Wednesday, October 2, 2013

Contemplative Prayer: Waiting for the Lord

Today is the third day in our 39th week, reading the Bible through in a year.  Our scriptures* today are:  Jeremiah 1-4; 2 Corinthians 9; Psalm 130.

Psalm 130 is a Pilgrim Song.  Travelers going to Jerusalem would sing this psalm, along with others, as they ascended the mountain of Zion to attend the feasts of Passover, Tabernacles, and Pentecost.  These pilgrim songs were published as a little booklet that contained Psalms 120-134, collectively called Psalms of Ascent.  For me, the Psalms of Ascent are beautiful to use as I center my heart for contemplative prayer, because when I practice this kind of prayer, I feel as if my spirit were ascending to God on Mount Zion itself.  My spirit soars within me as I engage in the ancient Christian practice of contemplation.  I hope you'll discover contemplative prayer for yourself.

"I wait for the Lord, my soul waits..."
Contemplative prayer is different from traditional prayer, which seeks to tell God everything that is on your mind.  In contemplative prayer, the praying person seeks to immerse herself in God's presence.  She wants to hear God, rather than being heard by God.  Simply put, contemplative prayer is resting in God's presence, without saying anything.  And, if possible, without thinking anything.  Because whatever you're thinking is distracting you from whatever God is thinking.  Slowly breathe in and out, resting in God and trusting in His love.  Whenever you find yourself distracted by your own thoughts, simply repeat a sacred word from the scripture text you've been reading (I call this sacred word a Logos Prayer).  Let this word bring you back to silence, where you wait on, and listen to God.  Try it for twenty minutes or so, and see the peace that it brings.

Psalm 130 prepares the heart for contemplative prayer.  It says:

130 Out of the depths I cry to you, O Lord!
    O Lord, hear my voice!
Let your ears be attentive
    to the voice of my pleas for mercy!
If you, O Lord, should mark iniquities,
    O Lord, who could stand?
But with you there is forgiveness,
    that you may be feared.
wait for the Lordmy soul waits,
    and in his word I hope;
my soul waits for the Lord
    more than watchmen for the morning,
    more than watchmen for the morning.
O Israel, hope in the Lord!
    For with the Lord there is steadfast love,
    and with him is plentiful redemption.
And he will redeem Israel
    from all his iniquities.

Psalm 130 notes three stages in contemplative prayer: confession, contemplation, and connection.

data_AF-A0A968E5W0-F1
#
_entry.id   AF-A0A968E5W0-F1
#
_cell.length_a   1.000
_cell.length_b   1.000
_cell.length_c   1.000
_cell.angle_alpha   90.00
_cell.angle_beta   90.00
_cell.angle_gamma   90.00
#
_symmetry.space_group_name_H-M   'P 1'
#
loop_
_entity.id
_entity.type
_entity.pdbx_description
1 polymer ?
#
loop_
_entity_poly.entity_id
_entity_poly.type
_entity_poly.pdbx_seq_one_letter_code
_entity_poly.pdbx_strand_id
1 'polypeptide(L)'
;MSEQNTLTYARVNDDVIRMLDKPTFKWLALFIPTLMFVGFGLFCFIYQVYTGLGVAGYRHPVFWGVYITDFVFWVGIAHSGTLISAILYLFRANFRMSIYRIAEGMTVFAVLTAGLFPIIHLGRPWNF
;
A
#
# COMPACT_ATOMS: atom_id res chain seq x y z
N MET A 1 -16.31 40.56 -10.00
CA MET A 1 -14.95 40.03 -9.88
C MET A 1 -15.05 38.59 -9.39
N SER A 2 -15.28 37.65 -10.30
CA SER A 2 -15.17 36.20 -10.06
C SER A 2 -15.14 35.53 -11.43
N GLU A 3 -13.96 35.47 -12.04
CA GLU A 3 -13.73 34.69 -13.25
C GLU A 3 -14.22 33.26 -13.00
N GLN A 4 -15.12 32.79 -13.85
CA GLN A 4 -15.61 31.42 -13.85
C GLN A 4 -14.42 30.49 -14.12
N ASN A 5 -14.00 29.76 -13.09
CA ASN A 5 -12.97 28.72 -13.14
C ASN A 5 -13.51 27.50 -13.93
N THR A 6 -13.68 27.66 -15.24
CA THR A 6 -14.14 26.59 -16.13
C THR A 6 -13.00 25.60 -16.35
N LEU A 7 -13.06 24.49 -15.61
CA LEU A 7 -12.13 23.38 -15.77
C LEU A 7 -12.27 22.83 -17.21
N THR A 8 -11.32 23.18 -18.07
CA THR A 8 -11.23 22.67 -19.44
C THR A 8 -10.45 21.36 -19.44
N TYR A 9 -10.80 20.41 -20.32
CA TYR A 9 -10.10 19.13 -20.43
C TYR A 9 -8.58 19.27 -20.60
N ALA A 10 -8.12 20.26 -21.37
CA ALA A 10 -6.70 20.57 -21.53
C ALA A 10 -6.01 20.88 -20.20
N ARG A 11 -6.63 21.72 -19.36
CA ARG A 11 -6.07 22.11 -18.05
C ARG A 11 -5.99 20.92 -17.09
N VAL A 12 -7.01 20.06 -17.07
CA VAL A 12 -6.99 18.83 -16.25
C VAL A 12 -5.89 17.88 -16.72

First, verses 1-4 prepare the praying person to enter the presence of God through prayers of confession.  It is impossible to enjoy contemplation if your heart is burdened by sin.  So begin your prayer time by confessing your sins to God, and allow His healing and forgiveness to flow through you.  Let the "grace that is greater than all our sin" nourish and restore you.  "Out of the depths (v.1)" might refer to the depths of guilt or the depths of sin, but it may simply indicate the depths of the heart.  During this initial time, it's okay to use words, tears, and body movements to indicate your contrition.  But once you feel the Holy Spirit's assurance of forgiveness, move on from confession to quiet contemplation.

Next, verses 5-6 move us into the heart of contemplative prayer--which is simply waiting on God, with all your heart and soul.  When you feel distracted, don't get discouraged.  Simply hope in God's word (Logos), which returns you to listening.  Breathe in deeply, and breathe out deeply.  Breathe in God's love, and breathe out any worry or fear you might have.  Inhale God's grace.  As you exhale, release any tension or unforgiveness you may have for someone else.  Listen to God's Spirit as you breathe.  God may speak, or He may not.  If not, don't worry about this.  It's just you and God, sitting together in silence like two people in love who don't need words.  Mutual listening is a beautiful thing.  Be attentive to God, even as a watchman is attentive to his surroundings.  Wait for God, even as the watchman waits for dawn.  If you're distracted, return to your Logos Prayer again.  (For me, today, in Psalm 130 it would be "mercy."  For you, it might be a different word entirely.)  Wait, watch, and listen.  Rest in God's presence.

Finally, verses 7-8 take us from an inward focus to an outward attention.  Connection to others is never forgotten, lest contemplative prayer become nothing more than navel-gazing.  As the praying person emerges from contemplation, he re-engages the world in a redemptive way.  "O Israel, hope in the Lord!"  If contemplative prayer is introverted, it is lived out daily in an extroverted way, testifying of God's steadfast love and redemption, and working to reconcile the world to God.  The person who practices real contemplative prayer does not remain cloistered behind inwardly-focused meditations.  Rather, he lets his prayer life shape the way he encounters the world around him.

Today, I invite you to contemplative prayer.  If you've never practiced it before, don't worry--it's among the easiest (and one of the most profound) forms of prayer you could practice.  Start with confession, then move into quiet contemplation.  Finally, emerge into a connection with the world that puts you to work as an ambassador of Christ's redemption.  I pray that your soul soars as you learn contemplative prayer--as your "soul waits for the Lord, more than watchmen for the morning."  

*Scriptures taken from the ESV.

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